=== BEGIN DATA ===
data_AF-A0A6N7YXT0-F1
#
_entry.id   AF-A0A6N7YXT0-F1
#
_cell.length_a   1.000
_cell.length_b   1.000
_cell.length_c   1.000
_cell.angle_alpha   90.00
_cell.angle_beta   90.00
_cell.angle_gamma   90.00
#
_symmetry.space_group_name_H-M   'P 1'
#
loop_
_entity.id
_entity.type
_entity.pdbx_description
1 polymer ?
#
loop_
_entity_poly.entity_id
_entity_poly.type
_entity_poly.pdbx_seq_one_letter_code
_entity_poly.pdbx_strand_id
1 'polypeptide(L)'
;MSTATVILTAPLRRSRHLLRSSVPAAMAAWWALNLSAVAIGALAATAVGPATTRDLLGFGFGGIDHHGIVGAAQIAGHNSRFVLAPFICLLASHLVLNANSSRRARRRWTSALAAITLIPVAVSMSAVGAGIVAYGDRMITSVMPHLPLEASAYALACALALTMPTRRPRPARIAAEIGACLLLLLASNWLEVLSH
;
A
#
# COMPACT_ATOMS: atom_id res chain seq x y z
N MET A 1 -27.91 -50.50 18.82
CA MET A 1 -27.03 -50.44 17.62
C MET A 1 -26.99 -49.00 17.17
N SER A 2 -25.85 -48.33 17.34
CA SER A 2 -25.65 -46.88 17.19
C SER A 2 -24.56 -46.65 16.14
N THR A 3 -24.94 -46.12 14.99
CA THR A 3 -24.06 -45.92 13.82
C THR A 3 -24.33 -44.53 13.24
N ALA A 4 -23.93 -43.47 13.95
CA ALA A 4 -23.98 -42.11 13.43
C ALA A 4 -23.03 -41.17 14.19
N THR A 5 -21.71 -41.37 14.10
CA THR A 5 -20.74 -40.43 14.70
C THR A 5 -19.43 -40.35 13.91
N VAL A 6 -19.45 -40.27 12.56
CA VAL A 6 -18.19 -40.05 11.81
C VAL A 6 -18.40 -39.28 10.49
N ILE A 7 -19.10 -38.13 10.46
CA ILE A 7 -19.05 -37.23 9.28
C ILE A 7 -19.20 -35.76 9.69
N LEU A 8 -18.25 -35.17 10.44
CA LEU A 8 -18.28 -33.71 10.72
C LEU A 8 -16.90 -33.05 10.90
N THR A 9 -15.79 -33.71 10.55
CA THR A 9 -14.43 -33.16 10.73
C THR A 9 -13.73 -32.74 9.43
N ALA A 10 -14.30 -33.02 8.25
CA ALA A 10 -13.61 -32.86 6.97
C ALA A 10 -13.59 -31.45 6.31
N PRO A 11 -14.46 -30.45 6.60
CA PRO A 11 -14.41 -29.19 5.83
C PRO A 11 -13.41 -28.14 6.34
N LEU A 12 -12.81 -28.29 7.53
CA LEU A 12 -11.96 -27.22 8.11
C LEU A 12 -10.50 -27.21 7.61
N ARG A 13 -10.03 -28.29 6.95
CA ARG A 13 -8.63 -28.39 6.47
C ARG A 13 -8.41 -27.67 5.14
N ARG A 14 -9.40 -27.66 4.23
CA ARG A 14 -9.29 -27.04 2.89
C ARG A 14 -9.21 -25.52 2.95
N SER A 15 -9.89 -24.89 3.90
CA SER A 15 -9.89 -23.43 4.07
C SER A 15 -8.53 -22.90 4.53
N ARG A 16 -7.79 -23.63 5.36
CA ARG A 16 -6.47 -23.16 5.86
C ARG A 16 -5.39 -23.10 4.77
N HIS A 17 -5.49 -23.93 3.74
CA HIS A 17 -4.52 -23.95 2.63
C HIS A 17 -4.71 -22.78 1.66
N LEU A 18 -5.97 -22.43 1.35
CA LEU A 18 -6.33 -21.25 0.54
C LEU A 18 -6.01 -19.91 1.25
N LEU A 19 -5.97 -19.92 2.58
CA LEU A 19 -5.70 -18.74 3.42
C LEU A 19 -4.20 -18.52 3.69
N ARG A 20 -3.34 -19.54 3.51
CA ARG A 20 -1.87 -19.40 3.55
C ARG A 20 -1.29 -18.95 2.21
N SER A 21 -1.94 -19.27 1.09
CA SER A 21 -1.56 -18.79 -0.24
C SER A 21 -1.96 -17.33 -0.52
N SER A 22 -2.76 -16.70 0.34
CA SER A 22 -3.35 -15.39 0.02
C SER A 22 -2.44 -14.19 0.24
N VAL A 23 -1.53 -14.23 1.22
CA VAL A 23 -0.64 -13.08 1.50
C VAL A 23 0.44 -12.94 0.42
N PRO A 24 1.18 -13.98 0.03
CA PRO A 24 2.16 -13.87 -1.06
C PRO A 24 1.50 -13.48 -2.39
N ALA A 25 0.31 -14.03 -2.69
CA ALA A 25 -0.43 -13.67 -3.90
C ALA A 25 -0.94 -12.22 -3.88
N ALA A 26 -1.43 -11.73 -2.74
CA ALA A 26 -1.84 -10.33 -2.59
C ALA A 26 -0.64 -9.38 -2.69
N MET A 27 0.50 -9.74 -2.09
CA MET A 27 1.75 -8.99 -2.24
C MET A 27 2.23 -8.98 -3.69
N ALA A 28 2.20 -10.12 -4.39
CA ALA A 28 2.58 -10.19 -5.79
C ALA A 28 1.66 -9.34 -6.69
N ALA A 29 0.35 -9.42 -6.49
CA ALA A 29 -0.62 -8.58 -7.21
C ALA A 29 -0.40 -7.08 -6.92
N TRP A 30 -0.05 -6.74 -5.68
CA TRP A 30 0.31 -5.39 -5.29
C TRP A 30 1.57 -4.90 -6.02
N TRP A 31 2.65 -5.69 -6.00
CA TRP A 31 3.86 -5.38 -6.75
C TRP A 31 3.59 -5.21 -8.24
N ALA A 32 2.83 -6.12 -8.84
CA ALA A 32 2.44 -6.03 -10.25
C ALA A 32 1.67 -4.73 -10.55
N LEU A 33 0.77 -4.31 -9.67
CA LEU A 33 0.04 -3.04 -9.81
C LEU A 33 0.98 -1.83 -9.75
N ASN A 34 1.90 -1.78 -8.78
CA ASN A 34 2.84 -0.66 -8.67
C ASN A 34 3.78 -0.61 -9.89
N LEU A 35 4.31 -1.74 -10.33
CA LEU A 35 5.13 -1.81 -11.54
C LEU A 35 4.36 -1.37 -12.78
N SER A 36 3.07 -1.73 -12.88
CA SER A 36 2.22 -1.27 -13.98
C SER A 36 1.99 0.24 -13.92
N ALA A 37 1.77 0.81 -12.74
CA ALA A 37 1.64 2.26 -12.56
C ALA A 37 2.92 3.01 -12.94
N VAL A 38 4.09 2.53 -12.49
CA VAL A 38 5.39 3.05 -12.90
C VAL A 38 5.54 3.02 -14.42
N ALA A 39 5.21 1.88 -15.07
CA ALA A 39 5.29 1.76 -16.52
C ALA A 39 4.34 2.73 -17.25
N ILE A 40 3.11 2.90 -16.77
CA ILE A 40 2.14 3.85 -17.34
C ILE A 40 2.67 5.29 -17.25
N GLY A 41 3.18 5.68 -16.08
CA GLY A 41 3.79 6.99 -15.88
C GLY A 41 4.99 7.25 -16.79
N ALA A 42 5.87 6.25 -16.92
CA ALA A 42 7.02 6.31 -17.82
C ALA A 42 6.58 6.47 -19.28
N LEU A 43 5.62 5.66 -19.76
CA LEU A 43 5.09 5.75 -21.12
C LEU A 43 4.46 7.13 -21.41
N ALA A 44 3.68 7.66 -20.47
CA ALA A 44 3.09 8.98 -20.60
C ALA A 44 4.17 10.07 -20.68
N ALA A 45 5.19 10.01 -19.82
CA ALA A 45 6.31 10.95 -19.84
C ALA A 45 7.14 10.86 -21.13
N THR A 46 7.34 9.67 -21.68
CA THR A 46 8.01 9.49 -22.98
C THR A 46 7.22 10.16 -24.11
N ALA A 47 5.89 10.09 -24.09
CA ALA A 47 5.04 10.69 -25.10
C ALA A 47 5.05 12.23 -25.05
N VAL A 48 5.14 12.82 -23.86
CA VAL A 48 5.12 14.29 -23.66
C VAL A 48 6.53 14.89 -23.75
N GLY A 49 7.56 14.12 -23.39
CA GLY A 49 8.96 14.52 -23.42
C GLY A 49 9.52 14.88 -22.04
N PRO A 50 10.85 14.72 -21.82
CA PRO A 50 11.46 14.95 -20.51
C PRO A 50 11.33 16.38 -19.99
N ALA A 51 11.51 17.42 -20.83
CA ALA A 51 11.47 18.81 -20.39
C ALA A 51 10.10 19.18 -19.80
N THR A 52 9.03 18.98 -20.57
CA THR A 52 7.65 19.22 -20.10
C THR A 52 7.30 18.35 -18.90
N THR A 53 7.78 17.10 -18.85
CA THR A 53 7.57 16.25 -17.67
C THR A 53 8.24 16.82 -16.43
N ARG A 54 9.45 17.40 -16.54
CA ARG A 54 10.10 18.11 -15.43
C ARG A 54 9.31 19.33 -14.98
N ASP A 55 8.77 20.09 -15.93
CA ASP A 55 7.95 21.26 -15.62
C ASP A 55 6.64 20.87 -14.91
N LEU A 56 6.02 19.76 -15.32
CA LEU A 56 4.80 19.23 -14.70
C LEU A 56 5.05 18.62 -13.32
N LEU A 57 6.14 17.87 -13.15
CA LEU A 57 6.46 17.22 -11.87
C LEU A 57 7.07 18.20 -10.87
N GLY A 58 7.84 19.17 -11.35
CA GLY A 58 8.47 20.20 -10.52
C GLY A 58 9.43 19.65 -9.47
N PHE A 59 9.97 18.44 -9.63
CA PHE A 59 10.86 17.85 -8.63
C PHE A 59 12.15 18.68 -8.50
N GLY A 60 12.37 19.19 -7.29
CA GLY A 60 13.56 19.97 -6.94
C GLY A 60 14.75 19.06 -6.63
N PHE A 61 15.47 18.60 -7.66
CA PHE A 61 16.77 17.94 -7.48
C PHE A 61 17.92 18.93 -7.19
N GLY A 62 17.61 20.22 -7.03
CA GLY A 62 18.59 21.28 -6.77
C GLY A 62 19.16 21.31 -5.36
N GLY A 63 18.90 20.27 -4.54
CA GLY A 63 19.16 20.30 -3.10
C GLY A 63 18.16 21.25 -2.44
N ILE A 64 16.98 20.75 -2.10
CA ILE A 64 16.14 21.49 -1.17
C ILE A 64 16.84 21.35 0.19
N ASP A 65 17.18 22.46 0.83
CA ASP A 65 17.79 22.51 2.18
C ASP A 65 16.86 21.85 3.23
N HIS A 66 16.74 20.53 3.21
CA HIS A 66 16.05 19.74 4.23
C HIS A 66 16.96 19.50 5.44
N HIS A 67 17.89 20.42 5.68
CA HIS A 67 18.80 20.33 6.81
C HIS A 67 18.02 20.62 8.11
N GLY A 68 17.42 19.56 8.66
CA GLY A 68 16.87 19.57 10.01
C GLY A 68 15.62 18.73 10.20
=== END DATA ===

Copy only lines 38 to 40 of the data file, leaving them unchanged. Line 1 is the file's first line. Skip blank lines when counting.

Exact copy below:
CA THR A 3 -24.06 -45.92 13.82
C THR A 3 -24.33 -44.53 13.24
N ALA A 4 -23.93 -43.47 13.95